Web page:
These are the adventures of Andy and Sally Rawnsley on their narrowboat "The Puzzler". We have been living on the boat for over nine years now and are still loving it. Our Ulster born Shih Tzu, Shannon, has grown up, and has taken over the boat! After three wonderful years in Ireland, we transported The Puzzler to The Netherlands, and spent a year there. In 2015 we went southwards, to reach the north of France by June. After glorious weather throughout the summer, we arrived in Roanne in late October, and enjoyed our winter in this friendly port. We cruised extensively in France in 2016 and 2017, returning to Roanne each winter.

Sunday, 31 July 2011

27th July - 31st July Down the Shannon River and across Lough Ree

The next day several boats left so we moved up into the corner of the harbour. By the evening the harbour was full again. We were penned in by three Emerald Star Hire boats, with one behind us, one alongside, and one with its stern to our bows!
The visiting crews were very friendly and invited us to an impromptu drinks party on the jetty in the rain. Two of the crews came from Germany, and the third from Switzerland.
As we approached Lough Forbes, this dredger was clearing the marked channel. We had been warned about a rock in this vicinity, which had lost its marker but, apart from the dredger, there were no obstructions to be seen.

This boat has just enough headroom at Tarmonbarry road bridge.
The bridge was raised as soon as the lockkeeper, who also operates the road bridge, returned from lunch. The last of these boats had to wait for another hour before they could enter the lock, which is 100 yards downstream of the bridge. These river locks are slow.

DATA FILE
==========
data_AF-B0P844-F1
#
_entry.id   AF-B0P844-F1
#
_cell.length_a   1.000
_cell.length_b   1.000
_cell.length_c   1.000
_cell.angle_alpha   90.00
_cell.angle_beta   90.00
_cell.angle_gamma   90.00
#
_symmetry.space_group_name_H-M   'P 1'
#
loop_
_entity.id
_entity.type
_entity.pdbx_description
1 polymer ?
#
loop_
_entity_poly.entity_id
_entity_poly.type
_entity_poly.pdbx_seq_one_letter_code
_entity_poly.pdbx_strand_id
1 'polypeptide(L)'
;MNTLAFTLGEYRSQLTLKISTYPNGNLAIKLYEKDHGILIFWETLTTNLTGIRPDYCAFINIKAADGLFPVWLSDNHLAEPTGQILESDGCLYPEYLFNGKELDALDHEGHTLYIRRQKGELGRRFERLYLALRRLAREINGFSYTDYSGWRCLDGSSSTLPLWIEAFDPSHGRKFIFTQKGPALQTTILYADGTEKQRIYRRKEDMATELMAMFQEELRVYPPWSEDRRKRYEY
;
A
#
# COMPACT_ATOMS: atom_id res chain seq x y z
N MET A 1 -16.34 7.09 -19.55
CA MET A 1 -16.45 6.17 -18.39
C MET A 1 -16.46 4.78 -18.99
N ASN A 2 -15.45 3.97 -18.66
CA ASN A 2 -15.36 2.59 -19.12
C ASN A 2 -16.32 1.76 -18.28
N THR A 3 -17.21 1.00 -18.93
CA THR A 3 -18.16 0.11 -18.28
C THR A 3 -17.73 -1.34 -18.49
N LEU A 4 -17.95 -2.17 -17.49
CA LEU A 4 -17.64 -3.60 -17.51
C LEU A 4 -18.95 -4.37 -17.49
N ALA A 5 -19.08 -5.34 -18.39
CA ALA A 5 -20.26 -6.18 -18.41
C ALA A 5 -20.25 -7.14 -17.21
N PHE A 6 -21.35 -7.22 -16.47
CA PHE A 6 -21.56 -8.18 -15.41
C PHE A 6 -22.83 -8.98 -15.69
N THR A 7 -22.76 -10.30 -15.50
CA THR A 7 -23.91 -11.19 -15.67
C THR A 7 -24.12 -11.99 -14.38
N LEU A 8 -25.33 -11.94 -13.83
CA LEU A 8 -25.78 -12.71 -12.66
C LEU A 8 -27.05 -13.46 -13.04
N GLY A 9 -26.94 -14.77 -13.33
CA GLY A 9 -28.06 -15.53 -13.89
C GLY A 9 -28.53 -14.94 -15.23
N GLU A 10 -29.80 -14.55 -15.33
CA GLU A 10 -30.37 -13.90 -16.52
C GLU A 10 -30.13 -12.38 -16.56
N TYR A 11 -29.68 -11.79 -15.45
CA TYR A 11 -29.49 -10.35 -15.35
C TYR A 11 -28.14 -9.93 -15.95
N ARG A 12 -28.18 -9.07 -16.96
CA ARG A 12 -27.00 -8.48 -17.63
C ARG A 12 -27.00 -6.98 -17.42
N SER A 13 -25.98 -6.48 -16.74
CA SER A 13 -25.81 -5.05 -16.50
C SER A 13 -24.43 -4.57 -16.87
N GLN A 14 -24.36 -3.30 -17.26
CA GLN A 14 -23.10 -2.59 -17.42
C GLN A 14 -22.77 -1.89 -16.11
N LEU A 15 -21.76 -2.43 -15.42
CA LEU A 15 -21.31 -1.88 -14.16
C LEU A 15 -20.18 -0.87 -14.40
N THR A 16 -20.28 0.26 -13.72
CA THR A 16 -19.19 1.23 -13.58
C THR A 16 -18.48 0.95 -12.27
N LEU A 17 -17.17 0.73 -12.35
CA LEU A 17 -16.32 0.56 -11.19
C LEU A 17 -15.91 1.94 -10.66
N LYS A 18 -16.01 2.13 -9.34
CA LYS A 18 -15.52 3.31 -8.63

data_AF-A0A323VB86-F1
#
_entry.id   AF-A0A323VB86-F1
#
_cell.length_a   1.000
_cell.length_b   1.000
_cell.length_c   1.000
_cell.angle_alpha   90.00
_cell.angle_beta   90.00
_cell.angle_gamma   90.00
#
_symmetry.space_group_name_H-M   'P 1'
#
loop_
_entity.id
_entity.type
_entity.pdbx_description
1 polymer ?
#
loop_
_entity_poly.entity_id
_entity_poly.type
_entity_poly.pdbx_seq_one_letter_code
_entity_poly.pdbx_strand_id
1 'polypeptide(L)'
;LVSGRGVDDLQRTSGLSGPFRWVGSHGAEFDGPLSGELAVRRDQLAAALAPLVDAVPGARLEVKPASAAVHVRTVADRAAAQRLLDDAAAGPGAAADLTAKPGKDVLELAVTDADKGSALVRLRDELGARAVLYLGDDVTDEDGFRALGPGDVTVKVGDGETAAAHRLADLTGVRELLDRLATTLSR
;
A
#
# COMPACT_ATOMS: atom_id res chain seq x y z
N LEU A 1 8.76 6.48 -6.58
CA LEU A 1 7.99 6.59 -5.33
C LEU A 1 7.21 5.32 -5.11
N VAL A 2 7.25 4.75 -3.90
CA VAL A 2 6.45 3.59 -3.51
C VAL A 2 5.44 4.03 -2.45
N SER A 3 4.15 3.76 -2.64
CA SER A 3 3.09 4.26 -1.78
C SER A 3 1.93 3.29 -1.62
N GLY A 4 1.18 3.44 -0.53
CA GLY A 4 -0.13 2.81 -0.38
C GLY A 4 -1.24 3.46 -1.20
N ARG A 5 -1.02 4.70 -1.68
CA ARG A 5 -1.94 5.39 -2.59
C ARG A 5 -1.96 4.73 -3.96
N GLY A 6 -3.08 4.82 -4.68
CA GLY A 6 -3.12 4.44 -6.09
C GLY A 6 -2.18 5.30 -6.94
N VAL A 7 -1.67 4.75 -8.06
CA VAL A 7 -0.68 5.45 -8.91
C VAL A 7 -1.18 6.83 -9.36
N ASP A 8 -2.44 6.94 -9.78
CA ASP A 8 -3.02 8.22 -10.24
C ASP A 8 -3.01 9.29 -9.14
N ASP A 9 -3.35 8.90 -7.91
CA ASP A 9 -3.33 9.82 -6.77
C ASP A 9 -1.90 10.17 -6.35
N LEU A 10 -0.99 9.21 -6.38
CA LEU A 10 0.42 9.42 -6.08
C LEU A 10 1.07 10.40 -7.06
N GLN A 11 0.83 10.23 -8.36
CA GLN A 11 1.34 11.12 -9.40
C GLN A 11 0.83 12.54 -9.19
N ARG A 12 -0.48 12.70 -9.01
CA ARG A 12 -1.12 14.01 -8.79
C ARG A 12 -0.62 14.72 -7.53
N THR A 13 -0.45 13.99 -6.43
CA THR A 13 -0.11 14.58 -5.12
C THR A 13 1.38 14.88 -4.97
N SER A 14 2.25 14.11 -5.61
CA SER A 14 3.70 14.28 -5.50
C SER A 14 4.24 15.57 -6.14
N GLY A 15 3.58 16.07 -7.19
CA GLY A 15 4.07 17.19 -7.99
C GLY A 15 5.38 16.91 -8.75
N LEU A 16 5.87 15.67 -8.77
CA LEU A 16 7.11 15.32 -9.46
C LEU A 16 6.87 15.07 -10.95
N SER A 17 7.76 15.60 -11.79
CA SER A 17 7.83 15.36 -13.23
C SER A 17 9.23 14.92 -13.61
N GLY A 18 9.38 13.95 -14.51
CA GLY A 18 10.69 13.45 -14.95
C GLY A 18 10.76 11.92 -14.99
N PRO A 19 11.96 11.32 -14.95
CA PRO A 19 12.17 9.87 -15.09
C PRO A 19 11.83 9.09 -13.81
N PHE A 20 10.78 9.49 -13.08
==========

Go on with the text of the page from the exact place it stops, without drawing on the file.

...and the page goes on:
After passing Lanesborough, we were out on to Lough Ree. With a forecast of force 2 - 3 the lough was quite calm, though it is a place to avoid in high winds. Lough Ree has its own weather forecast for sailors each morning.

Following markers to avoid these rocks and others lower than these is very important on these loughs! Rocks can be found a long way from the shores.

We shared the lough with both yachts and cruisers today.

This is the same yacht later on. We overtook him as the wind dropped!

There is a sailing school at Hodson Bay. The harbour is to the left of the wall in this picture. We only stayed one night here as the whole area was so busy. The hotel car park, which is huge, was practically full of cars, with several campervans near to the harbour area too.

This puppy, from one of the vans, took quite a shine to Andy. Catkin was unimpressed!
On Saturday morning the lough was quite calm, although it was a bit misty. It was a case of reaching one marker before even trying to find the next one with the binoculars.
We reached Portrunny Harbour safely, to moor on the outside end of the jetty. It is horseshoe shaped, with finger jetties on the inside.

The harbour wall is designed to protect us in all weathers.

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